DDP

My Inspirations: Christina Russell, Certified DDP Yoga Instructor

Around TeamDDPYoga, Christina barely needs an introduction. She started DDP Yoga around the same time I did, and after meeting in a TeamDDPYoga.com group, we realized we had numerous things in common. Other members of Team DDP Yoga came to the same realization and, after making a few videos together, we became known as the Hardcore sisters. This was our first real collaboration, and still my favourite (Christina’s husband totally steals the show, “Am I in a Lamaze class?” love it!)

Since then, Christina has gone on to work for DDP Yoga and can be seen at workshops, online and at the new performance center in her role as a certified DDP Yoga instructor and nutritionist. I can’t wait to see Christina in Mexico, but until then this interview will give me my much needed HCS fix!

 

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How did you discover DDP Yoga?

After losing my baby in utero at 20 weeks, I fell into a state of depression, loss, and anxiety. After months of unhappiness my 2 year old little boy looked up at me and told me to, “Smile Mommy”. It was that exact moment that I knew I had to get back my life. I had gained 50 pounds the sadness that I felt wasn’t just affecting me – it was affecting my entire family!

Thankfully my husband is a die-hard wrestling fan. He was surfing wrestling promo videos on YouTube and he came across Arthur Boorman’s video. He practically forced me to watch it, as I was sure he was going to show me yet another wrestling clip, but instead, it was the most moving and inspirational video I have ever seen! That video instantly gave me hope and within 5 minutes, I had already placed my order for the DDP YOGA Max Pack.

What were your original goals with DDP Yoga?

When I started DDP YOGA, I had put on 50 pounds and was making horrible food choices. My goal was to lose the weight to improve my health and my body image and get back to eating healthier.

Did you achieve those goals?

In 4 months I lost 50 pounds by doing DDP YOGA 3-5 times/week and by cutting out processed foods, soda, and sugar. It was incredible and I felt amazing. It was then that I found out I had a severe intolerance to gluten and dropped both gluten and most cow-dairy from my diet which resulted in a total weight loss of 60 pounds by the end of month 5! Not only did I started at a size 18 and end up at a size 6, I also became happy again and regained my confidence.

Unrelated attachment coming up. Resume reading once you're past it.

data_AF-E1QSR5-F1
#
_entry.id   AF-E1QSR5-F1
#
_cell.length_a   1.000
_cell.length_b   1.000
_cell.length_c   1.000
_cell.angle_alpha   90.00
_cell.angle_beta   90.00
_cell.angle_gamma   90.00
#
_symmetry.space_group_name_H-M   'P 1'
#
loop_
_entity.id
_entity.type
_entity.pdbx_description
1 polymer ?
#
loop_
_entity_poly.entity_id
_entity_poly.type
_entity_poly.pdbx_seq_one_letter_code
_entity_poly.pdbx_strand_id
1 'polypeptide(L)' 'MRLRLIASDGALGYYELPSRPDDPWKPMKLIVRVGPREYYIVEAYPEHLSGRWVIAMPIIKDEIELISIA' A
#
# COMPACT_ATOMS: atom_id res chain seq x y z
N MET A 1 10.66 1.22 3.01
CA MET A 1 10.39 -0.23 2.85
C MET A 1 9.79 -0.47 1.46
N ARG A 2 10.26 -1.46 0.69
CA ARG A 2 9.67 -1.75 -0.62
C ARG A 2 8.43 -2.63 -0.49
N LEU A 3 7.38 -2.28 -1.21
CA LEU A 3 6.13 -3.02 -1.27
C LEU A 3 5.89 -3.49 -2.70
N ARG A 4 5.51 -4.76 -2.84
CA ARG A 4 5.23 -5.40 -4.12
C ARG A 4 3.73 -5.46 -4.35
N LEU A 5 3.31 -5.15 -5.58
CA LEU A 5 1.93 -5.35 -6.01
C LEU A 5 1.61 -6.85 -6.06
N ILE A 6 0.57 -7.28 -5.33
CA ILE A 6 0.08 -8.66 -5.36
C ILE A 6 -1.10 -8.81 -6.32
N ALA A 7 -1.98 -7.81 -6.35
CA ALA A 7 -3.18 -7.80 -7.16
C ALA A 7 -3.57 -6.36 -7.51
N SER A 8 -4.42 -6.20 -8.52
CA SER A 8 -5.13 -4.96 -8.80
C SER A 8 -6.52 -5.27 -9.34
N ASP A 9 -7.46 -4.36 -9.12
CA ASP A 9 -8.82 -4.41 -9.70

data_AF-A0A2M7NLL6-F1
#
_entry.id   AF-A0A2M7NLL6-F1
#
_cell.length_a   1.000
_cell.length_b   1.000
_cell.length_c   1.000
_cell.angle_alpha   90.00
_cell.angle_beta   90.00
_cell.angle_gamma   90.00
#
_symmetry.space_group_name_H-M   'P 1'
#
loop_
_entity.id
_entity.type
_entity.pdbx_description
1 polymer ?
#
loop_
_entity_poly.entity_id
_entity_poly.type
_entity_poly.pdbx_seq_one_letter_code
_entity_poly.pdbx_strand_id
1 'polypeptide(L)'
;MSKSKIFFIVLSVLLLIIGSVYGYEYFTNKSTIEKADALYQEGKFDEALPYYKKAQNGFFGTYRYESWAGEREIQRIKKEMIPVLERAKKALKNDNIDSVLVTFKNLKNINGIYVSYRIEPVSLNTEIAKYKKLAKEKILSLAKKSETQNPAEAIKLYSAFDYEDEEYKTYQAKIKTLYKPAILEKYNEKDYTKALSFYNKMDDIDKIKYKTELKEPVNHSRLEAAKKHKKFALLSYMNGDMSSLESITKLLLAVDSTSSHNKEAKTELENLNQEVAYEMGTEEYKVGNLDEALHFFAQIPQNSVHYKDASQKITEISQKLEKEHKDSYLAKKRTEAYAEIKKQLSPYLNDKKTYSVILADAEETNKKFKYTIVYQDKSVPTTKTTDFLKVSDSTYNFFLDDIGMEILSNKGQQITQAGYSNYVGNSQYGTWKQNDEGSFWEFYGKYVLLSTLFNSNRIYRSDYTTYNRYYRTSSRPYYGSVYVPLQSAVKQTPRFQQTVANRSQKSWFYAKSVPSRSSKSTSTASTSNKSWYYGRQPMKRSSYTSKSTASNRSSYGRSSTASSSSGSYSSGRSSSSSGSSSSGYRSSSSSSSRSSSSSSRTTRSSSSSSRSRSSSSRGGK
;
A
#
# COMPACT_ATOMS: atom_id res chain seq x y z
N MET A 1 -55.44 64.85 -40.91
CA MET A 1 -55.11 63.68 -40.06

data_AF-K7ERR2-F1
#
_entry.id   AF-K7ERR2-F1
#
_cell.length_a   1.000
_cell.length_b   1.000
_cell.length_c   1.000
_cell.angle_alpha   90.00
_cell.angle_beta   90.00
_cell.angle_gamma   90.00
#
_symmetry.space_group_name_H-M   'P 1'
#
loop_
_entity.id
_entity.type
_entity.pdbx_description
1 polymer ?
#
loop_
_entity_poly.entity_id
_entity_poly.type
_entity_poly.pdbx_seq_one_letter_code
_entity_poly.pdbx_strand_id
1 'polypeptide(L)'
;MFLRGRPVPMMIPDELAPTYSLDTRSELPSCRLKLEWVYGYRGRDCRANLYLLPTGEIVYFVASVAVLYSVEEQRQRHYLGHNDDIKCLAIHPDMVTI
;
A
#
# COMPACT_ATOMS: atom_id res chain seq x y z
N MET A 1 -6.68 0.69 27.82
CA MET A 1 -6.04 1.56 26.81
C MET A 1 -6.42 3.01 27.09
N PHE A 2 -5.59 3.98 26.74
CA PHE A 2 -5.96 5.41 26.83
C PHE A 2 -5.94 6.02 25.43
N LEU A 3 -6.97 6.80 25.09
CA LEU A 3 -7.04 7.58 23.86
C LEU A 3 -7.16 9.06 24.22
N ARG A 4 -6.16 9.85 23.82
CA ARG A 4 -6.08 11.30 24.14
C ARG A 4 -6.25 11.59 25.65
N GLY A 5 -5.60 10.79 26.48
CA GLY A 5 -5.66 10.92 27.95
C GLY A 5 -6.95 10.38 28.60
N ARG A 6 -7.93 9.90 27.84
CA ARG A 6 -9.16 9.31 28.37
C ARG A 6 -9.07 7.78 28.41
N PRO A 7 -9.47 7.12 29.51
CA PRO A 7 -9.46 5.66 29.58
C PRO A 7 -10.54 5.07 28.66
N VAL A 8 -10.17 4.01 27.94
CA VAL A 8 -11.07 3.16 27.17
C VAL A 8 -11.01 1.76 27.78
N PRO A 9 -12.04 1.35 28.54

Are there any other ways DDP Yoga has helped your life?

I feel like DDP YOGA has been a catalyst for so many changes in my life. The biggest change is that it helped me find my real passion – and that is helping other people take back their health! During my transformation, I really fell in love with healthy food and decided to go back to school and get certified in nutrition. This knowledge coupled with the DDP YOGA workout program helped me take people’s health to the next level (including my own).

Did you experience any obstacles along the way?

I have had a few minor hurdles throughout my journey, but I didn’t let any of it stand in the way of owning my life. My biggest help through it all was the support of my family and the team DDP YOGA community.

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What are your current goals with DDP Yoga?

I am always trying to better my practice for myself and for my students.

What made you decide to pursue DDP Yoga certification?

I decided to become a DDP YOGA instructor because I felt it was the next step in my journey. I saw what it could do for me and I knew that if I could do it, so many others could too.

Getting certified in DDP YOGA is no joke! It’s not a weekend workshop certification course – it’s a 120+ hour program that is designed to teach you the who, what and why’s behind the workouts. You don’t just learn one workout – you learn a solid foundation of 13 moves, why breathing is so important, modifications for all fitness levels and what muscle groups are being used. The best word I can use to describe it is ‘THOROUGH’.